Obama's greatest foreign policy edge might be not that he has a good story to tell, but that his opponents don't. Not that this will stop Republicans from trying to portray the President as an un-exceptionalist, apologist for American power.  But there are dangers in such an approach. As Foreign Policy's Stephen Walt wrote a few weeks ago, the "GOP simply doesn't have any foreign policy issues on which to attack him without sounding either ignorant or unhinged." If you don't believe the good professor, check out last Saturday's national security debate.

Moreover, Obama's success in wiping out the top echelons of al Qaeda, ending the unpopular war in Iraq, winding down the conflict in Afghanistan, and helping topple Qaddafi can be used to bat away GOP attacks -- and perhaps be a rationale for why the president deserves four more years. 

National security is actually one of the few areas where Obama's poll numbers provide glimmers of hope for the White House. The country generally gives him high marks for being a strong leader, for confronting terrorism, and for keeping Americans safe.  Voters can expect to see campaign ads depicting the president's foreign policy and military successes in a way that will provide them with a more comprehensive and positive impression of Obama's performance as commander-in-chief.

The closest incumbent analogy one might make to Obama's current plight is that of George H. W. Bush, a commander-in-chief with a sterling foreign policy record and a dismal economy when he faced the voters in 1992. One might assume that Obama would face a similar situation to Bush in seeing his foreign policy record subsumed by high unemployment and a lousy economic outlook. The difference, however, is that as a Republican, Bush was expected to win foreign wars and be competent on national security. His advantage was already baked in. As a Democrat, Obama's success represents the exception -- not the rule -- and provides him with a political boost that wouldn't exist in the same way for a Republican.

Lastly, since Obama doesn't have to worry too much about playing defense, he actually has the rare opportunity to go on the offensive by, ironically, playing up the inexperience of his opponents.  None of the likely GOP nominees has any serious foreign policy background -- and if the most recent Republican national security debate is any indication, with the possible exception of Mitt Romney, this has the potential to make them vulnerable.

To get re-elected with lousy poll numbers and an underperforming economy Obama will have little choice but to make his opponent the focus -- and their lack of foreign policy experience will almost certainly have to play a role in that particular campaign narrative.  As Jeremy Rosner, a political pollster and former Clinton administration National Security Council official said to me: "while one GOP candidate has gotten attention for 9-9-9, none of them has really established their credentials yet on 9-1-1."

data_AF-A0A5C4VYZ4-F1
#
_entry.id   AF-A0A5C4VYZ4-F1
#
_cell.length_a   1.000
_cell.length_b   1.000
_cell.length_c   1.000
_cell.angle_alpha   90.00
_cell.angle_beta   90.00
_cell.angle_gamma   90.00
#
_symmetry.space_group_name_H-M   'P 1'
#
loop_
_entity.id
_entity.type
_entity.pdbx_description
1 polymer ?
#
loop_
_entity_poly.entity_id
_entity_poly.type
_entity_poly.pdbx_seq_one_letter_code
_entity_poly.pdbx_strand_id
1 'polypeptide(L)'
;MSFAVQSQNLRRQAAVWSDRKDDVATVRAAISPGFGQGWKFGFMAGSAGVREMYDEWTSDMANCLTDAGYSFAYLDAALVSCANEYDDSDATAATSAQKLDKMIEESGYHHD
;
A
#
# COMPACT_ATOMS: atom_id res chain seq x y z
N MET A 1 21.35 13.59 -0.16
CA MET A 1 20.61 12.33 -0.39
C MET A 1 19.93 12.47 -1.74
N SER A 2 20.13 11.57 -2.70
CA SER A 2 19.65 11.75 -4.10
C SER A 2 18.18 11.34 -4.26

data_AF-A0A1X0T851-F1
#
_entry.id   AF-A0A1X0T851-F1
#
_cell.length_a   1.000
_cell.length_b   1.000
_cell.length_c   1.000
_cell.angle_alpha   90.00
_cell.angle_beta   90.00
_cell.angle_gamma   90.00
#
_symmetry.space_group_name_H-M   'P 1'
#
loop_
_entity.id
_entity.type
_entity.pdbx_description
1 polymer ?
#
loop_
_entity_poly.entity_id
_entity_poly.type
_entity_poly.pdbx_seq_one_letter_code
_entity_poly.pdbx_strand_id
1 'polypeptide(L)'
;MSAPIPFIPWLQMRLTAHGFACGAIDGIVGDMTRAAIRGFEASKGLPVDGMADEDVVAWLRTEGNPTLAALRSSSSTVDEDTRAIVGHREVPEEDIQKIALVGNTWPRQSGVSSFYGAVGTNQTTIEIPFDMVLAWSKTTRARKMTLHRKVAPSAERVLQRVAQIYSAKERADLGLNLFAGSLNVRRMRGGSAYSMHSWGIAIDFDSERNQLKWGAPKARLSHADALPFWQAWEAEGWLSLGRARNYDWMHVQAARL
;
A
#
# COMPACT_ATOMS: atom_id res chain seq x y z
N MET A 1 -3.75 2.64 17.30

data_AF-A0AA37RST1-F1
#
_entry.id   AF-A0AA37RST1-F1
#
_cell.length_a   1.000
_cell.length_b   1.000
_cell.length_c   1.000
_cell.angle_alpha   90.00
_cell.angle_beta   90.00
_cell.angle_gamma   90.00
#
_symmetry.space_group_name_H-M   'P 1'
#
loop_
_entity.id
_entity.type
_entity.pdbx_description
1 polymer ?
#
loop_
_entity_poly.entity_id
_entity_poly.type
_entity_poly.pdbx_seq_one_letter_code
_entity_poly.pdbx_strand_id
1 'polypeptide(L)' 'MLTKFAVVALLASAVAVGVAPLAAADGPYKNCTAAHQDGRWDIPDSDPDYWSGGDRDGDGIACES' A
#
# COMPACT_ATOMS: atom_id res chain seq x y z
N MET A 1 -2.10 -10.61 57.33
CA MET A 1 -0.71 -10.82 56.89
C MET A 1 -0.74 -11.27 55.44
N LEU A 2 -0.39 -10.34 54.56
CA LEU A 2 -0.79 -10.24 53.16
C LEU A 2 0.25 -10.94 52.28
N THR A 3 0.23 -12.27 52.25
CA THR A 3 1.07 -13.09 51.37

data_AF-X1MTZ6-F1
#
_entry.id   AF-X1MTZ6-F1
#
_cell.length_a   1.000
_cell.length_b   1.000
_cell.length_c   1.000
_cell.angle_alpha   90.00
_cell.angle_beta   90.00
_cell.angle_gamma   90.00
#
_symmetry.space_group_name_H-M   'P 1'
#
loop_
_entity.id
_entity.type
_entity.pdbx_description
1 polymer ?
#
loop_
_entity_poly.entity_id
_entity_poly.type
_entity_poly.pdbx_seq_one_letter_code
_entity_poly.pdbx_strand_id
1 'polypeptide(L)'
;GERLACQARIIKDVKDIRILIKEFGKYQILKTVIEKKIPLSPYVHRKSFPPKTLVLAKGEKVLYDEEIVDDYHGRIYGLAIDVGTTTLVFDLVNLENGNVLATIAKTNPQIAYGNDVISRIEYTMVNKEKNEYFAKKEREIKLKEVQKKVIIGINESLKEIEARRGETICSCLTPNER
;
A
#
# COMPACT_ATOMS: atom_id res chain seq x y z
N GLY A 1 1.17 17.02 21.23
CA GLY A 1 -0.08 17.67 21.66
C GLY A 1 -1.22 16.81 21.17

If the White House wants to use foreign policy to its advantage, then it is incumbent upon the Obama campaign to play up the contrasts between the president and his rivals. But the extent to which Republican candidates attack Obama from the right or play up the need for more robust American power may do more harm than good. Such approaches run the risk of highlighting GOP policy preferences -- including greater defense spending, an extended stay in Afghanistan, and the return of torture techniques -- that are not necessarily shared by the general electorate (but may be popular among Republican primary voters).

Ironically, the smarter political move for Republicans might be to gloss over their foreign policy differences with Obama rather than accentuate them -- but considering the nature of the GOP's scorched earth campaign against the president that seems highly unlikely. They almost certainly won't be able to help themselves.

Of course, that there is even a discussion about the national security advantages of a Democrat in a presidential election is in itself a sea change. Barack Obama has had more than his share of unusual political accomplishments -- if he effectively can use foreign policy and national security to help get re-elected in this terrible economic climate, it may well be the most impressive one of all.